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Needing Help To Understand Blood Test Results

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I really don't understand much about blood tests and what they mean to your actual health..

I have some very weird results....if anyone can help me understand them and what they mean , I would appreciate it...

MCV 99.3 range (80-100)

MCH 32.05 range (27.00- 32.00)

lymphocites 4.01 range (1.0-4.0)

TIBC calc 46 range (46-77)

my iron should be between 40 - 175

and mine was 6

My zinc level should be 60-130

my zinc level was 10

Vitamin B12 should be 200-1100

mine was 202

TSH 4.00 should be (0.40- 3.50)

Free T4 13.0 should be (9.0-19.0) this result looks okay to me?

chloride 109 should be (95-110)

eGFR 85 should be 59

total protein 69 should be (65-84)

CK 40 should be (30-150) I seem to be on the low scale of this?

ttg iGA/igg 3 should be (0-20)

okay they seem to be the only ones of concern?

My doctor said that I am lacking alot of essential vitamins.... but because of my anti-immune system, and the fact I can't absorb things....

He doesn't want to throw everything into me at once, because he believes my body just couldn't take it... so he has started me on zinc for a month, and will then redo the blood tests to see if it has changed any of the other results...

Can anyone explain to me what these resukt could mean to me health wise?>

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I worked out one of the results

A high TSH result often means an underactive thyroid gland that is not responding adequately to the stimulation of TSH due to some type of acute or chronic thyroid dysfunction. Rarely, a high TSH result can indicate a problem with the pituitary gland, such as a tumor producing unregulated levels of TSH. A high TSH value can also occur when patients with a known thyroid disorder (or those who have had their thyroid gland removed) are receiving too little thyroid hormone medication.

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Hope this helps?

Taken from http://emedicine.medscape.com/article/203858-overview

"Macrocytosis is a term used to describe erythrocytes that are larger than normal, typically reported as mean cell volume (MCV) greater than 100 fL. The amount of hemoglobin in the cell increases proportionately, so the mean cell hemoglobin concentration (MCHC) remains within normal limits. Causes of macrocytosis are many and range from benign to malignant; thus, a complete workup to determine etiology is essential....Vitamin B-12 and folate coenzymes are required for thymidylate and purine synthesis; thus, their deficiency results in retarded DNA synthesis. In vitamin B-12 and folate deficiency, the defect in DNA synthesis affects other rapidly dividing cells as well, which may be manifested as glossitis, skin changes, and flattening of intestinal villi. The synthesis of DNA also may be delayed when certain chemotherapeutic agents are used. Examples of such agents include folate antagonists (methotrexate), purine antagonists (6-mercaptopurine), and pyrimidine antagonists (cytosine arabinoside [ara-C])."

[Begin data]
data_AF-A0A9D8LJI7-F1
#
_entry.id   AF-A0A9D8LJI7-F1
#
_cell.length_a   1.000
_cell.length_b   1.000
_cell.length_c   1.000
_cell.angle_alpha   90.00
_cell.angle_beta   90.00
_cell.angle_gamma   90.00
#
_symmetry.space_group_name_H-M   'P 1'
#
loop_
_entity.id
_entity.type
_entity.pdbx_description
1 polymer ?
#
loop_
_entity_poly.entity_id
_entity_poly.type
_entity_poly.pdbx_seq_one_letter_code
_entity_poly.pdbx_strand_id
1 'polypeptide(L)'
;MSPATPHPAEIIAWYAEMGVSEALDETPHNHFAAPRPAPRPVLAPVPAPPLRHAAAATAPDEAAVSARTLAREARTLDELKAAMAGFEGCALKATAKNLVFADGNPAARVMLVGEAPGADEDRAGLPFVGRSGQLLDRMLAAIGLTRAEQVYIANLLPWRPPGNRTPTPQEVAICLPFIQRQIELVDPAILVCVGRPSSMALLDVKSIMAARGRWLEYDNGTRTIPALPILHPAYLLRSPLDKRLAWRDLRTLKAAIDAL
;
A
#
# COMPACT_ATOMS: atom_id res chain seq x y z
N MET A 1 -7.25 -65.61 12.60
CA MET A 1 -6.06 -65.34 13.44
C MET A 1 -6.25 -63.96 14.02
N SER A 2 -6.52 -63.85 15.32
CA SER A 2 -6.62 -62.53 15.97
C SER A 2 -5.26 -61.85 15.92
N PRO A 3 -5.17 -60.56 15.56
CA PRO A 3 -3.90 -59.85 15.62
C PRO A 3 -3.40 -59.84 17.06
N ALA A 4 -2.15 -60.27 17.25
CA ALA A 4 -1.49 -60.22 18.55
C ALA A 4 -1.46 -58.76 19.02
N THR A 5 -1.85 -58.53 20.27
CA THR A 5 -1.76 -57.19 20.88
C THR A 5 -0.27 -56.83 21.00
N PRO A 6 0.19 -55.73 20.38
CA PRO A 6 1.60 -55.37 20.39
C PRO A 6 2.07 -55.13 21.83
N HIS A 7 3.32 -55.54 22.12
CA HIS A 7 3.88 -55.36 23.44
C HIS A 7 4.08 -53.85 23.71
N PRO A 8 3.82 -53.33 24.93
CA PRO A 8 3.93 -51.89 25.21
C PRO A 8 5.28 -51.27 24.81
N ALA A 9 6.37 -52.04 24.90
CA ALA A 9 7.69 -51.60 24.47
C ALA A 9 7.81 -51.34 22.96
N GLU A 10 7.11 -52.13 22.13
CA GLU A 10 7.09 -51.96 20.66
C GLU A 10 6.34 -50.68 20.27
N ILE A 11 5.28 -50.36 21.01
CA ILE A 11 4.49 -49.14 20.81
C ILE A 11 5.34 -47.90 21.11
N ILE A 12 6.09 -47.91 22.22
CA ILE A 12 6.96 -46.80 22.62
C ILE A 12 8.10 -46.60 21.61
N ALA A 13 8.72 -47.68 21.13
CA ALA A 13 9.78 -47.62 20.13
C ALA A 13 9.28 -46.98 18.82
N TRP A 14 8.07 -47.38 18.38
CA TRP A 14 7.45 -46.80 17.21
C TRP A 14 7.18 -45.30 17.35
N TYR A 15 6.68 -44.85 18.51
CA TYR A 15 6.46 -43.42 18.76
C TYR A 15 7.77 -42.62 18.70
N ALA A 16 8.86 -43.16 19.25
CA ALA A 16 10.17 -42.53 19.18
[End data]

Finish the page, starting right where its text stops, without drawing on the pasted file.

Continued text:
Try this one, too. Good info, easy to understand.


"Mean corpuscular volume (MCV) is a measurement of the average size of your RBCs. The MCV is elevated when your RBCs are larger than normal (macrocytic), for example in anemia caused by vitamin B12 deficiency. When the MCV is decreased, your RBCs are smaller than normal (microcytic) as is seen in iron deficiency anemia or thalassemias.

Mean corpuscular hemoglobin (MCH) is a calculation of the average amount of oxygen-carrying hemoglobin inside a red blood cell. Macrocytic RBCs are large so tend to have a higher MCH, while microcytic red cells would have a lower value.

Mean corpuscular hemoglobin concentration (MCHC) is a calculation of the average concentration of hemoglobin inside a red cell. Decreased MCHC values (hypochromia) are seen in conditions where the hemoglobin is abnormally diluted inside the red cells, such as in iron deficiency anemia and in thalassemia. Increased MCHC values (hyperchromia) are seen in conditions where the hemoglobin is abnormally concentrated inside the red cells, such as in burn patients and hereditary spherocytosis, a relatively rare congenital disorder.

Red cell distribution width (RDW) is a calculation of the variation in the size of your RBCs. In some anemias, such as pernicious anemia, the amount of variation (anisocytosis) in RBC size (along with variation in shape

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